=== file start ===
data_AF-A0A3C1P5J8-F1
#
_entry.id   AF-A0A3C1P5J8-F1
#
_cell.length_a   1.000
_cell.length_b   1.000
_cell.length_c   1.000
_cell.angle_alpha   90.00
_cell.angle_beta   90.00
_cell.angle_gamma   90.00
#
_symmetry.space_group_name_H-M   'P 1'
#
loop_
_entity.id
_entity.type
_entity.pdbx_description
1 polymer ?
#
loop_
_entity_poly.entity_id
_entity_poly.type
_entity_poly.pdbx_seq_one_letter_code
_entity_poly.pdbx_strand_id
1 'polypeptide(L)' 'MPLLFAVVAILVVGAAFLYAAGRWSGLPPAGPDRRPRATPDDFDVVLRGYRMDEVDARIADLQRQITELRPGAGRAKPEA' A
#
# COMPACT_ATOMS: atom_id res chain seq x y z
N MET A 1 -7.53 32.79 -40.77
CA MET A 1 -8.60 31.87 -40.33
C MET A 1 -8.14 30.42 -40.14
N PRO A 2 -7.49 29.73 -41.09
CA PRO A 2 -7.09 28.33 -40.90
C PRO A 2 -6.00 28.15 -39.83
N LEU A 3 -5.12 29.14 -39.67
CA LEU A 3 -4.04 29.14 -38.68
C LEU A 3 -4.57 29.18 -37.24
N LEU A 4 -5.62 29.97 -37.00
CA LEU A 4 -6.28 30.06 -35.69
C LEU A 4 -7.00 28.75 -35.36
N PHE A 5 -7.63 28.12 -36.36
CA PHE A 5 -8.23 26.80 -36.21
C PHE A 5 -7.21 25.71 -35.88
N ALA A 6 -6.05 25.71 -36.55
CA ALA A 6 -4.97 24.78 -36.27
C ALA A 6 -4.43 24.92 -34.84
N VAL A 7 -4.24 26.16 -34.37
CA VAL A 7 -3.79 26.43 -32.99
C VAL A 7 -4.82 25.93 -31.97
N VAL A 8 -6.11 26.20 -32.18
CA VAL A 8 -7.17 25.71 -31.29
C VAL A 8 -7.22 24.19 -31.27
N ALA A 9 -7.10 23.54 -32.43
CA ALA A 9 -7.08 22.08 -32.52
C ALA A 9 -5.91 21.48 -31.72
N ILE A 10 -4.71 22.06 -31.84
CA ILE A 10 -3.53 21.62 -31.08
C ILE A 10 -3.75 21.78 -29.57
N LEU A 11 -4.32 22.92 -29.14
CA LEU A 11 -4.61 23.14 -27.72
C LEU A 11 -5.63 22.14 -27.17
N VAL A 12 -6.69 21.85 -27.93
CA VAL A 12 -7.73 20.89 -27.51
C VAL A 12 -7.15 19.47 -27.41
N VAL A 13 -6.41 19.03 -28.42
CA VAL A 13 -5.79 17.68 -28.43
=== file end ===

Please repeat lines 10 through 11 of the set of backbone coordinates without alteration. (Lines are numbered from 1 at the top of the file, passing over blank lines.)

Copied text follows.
_cell.angle_gamma   90.00
#